Sugar and malnutrition

Malnutrition in children is frequently an outcome of inappropriate child-feeding practices. This is commonly due to limited access to fresh nutrient-dense foods resulting in substitution of low-cost, energy-dense, nutrient-poor sugary and fatty foods [30]. This changed food environment may result from changes in traditional ethnic eating patterns or from food insecurity arising from poverty.

Sugar provides only empty calories and for that reason it has often been suggested that a high consumption of sugar displaces nutrients from the diet [31]. In two South African studies this has been documented [1,32]. Data from the NFCS was divided into tertiles according to sugar consumption. Protein intake was significantly lower in the highest tertile of sugar intake than in the lowest (40 vs 45 g per day; p = 0.04), as was protein as % E (12 vs 14 % E; p = 0.02) [1]. Thiamine intake was also significantly lower in the highest sugar tertile group compared with the lowest group (0.51 vs 0.65 mg per day; p = 0.0001). In a study of black elderly women energy, protein, fibre, vitamin B6, thiamine, folate, vitamin C, iron calcium, zinc and selenium intake were significantly lowest in women in the highest percentage energy tertile [32].

While a recent review on micronutrient dilution was inconclusive and cited methodological issues as being a considerable constraint to obtaining reliable evidence [33], two national studies have provided valuable data regarding nutrient dilution [34,35]. Joyce and Gibney [34] evaluated the Irish National Children’s Food Survey and the National Teen Food Survey data which used 7-day food diaries. Their results indicate that a high intake of added sugar is associated with decreased micronutrient density of the diet resulting in dietary inadequacies. The nutrients significantly affected were magnesium, calcium, zinc and vitamins B12 and C. Gibson and Boyd [35] evaluated the micronutrient density of the diets of British children, aged 4 to 18 years. The data came from the National Diet and Nutrition Survey which also used 7-day food diaries. They compared micronutrient intakes in low and high consumers of sugar (quintiles 1 and 5; 9 % and 23 % of E, respectively). Nutrients most affected negatively by a high sugar intake were zinc, magnesium, iron and vitamin A. Although the differences were relatively modest, it needs to be taken into consideration that intakes of most nutrients (except zinc) exceeded the reference intakes. The researchers suggested that the impact may be more severe when children are consuming inadequate amounts of nutrients.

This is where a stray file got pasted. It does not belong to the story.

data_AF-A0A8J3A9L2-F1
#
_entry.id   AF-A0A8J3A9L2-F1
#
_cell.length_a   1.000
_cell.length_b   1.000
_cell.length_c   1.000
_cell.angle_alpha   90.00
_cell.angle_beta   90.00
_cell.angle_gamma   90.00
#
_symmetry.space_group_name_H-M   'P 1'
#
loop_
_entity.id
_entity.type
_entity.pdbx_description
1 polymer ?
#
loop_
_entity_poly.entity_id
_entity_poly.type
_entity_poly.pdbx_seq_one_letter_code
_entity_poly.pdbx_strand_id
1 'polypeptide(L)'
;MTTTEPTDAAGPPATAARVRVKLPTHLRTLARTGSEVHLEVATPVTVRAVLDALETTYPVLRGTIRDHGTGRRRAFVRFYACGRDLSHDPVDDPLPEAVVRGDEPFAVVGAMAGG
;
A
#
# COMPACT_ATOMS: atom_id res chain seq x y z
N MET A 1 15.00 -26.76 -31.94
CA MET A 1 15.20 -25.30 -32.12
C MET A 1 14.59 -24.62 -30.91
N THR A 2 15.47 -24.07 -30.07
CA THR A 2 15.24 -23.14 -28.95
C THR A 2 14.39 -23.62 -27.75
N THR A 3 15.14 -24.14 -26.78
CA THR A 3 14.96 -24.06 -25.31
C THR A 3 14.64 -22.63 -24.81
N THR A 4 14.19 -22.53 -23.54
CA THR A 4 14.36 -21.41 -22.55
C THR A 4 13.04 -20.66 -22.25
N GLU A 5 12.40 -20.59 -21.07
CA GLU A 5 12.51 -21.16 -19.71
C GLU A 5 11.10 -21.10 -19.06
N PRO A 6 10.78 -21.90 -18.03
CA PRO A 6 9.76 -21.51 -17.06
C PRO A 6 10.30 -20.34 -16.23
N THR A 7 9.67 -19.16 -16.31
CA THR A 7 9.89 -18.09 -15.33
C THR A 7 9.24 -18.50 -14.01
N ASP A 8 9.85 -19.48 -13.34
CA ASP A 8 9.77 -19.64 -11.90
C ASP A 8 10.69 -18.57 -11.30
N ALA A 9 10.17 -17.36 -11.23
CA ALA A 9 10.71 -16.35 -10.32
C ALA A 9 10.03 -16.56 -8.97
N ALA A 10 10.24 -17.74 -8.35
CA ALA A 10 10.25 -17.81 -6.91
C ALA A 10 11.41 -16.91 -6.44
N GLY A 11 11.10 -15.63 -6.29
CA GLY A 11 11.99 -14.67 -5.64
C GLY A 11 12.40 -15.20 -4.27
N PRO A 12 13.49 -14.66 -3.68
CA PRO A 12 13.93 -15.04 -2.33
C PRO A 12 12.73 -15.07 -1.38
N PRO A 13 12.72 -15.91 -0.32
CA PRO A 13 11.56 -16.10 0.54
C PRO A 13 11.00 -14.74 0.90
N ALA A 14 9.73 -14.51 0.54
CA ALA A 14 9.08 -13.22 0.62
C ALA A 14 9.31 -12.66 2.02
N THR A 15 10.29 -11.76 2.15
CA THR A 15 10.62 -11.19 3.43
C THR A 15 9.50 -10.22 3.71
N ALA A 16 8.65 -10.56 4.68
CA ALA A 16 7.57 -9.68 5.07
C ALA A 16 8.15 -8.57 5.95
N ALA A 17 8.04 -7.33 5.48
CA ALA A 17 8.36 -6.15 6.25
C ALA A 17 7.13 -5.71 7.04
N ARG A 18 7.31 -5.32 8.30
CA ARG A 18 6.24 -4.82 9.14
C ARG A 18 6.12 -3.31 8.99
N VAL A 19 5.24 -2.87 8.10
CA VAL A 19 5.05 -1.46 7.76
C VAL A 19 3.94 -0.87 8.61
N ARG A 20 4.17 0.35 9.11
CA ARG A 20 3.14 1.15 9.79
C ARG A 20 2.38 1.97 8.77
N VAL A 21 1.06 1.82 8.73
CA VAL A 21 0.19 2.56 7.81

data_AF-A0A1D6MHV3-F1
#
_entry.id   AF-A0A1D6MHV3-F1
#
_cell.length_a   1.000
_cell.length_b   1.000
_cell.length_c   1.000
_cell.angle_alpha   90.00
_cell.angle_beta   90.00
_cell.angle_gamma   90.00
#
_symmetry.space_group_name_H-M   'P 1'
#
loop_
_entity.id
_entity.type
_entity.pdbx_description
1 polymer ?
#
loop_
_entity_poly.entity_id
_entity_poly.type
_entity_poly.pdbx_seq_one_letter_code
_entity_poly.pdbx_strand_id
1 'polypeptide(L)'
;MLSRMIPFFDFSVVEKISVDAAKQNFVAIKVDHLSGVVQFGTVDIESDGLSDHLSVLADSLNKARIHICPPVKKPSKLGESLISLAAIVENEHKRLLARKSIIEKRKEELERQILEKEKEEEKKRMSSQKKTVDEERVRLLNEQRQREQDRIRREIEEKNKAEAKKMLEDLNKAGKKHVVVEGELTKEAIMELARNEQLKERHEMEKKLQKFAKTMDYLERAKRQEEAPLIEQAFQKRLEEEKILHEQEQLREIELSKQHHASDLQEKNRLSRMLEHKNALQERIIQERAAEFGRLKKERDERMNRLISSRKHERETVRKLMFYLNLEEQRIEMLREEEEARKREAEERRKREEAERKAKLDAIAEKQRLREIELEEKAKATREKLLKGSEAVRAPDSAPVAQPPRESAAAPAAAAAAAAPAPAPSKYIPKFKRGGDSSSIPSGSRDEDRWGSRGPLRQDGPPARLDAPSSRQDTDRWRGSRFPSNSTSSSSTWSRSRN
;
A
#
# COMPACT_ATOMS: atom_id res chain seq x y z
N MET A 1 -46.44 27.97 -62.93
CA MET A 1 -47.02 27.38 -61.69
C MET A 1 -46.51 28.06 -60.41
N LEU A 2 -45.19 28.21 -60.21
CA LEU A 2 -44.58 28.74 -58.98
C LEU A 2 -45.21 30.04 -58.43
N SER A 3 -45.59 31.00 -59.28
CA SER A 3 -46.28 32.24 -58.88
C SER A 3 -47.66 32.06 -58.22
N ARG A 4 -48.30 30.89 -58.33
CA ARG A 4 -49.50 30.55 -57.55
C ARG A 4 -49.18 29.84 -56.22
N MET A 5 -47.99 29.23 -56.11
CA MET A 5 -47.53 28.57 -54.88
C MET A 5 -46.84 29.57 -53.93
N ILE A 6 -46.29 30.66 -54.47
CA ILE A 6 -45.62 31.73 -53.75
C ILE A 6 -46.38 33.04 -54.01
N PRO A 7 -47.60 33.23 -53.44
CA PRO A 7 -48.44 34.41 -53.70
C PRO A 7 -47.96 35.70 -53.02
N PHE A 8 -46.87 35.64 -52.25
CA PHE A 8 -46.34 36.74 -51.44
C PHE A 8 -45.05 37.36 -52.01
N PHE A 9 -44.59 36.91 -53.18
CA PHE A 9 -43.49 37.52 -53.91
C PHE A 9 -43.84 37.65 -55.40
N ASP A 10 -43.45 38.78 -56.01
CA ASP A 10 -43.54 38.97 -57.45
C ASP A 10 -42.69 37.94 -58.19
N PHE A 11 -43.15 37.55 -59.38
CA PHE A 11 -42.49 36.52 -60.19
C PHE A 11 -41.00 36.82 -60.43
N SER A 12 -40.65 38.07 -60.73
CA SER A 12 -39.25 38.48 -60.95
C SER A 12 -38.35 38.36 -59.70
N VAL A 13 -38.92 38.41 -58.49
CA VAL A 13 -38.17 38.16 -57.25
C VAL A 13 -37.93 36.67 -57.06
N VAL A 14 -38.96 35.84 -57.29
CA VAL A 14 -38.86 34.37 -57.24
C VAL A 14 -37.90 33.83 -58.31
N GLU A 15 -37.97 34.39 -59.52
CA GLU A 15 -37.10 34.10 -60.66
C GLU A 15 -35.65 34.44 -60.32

Sugar and obesity

The literature review on SA studies did not illicit any publications regarding a direct relationship between sugar intake and obesity; however the high prevalence of overweight and obesity in SA adolescents and adults is acknowledged [36,37]; as is the high intake of squash and soft drinks in children [17]. For example, 27.8 % of 13–19 year old females in SA were found to be overweight and obese (BMI > =25) [36] and this increased to 54.9 % % in adult women [37]. As mentioned earlier, the average consumption of soft drinks was found to be 730 g (SD 530) per child per day (i.e. about 2 servings at 350 g each) at schools in Cape Town [17].

In the USA and Europe much attention has been paid to the association between consumption of sugar-sweetened beverages (SSBs) and weight gain. On average 1 can of carbonated SSB (soft drink) provides 40–50 g of sugar and 150 calories, generally in the form of high-fructose corn syrup [38].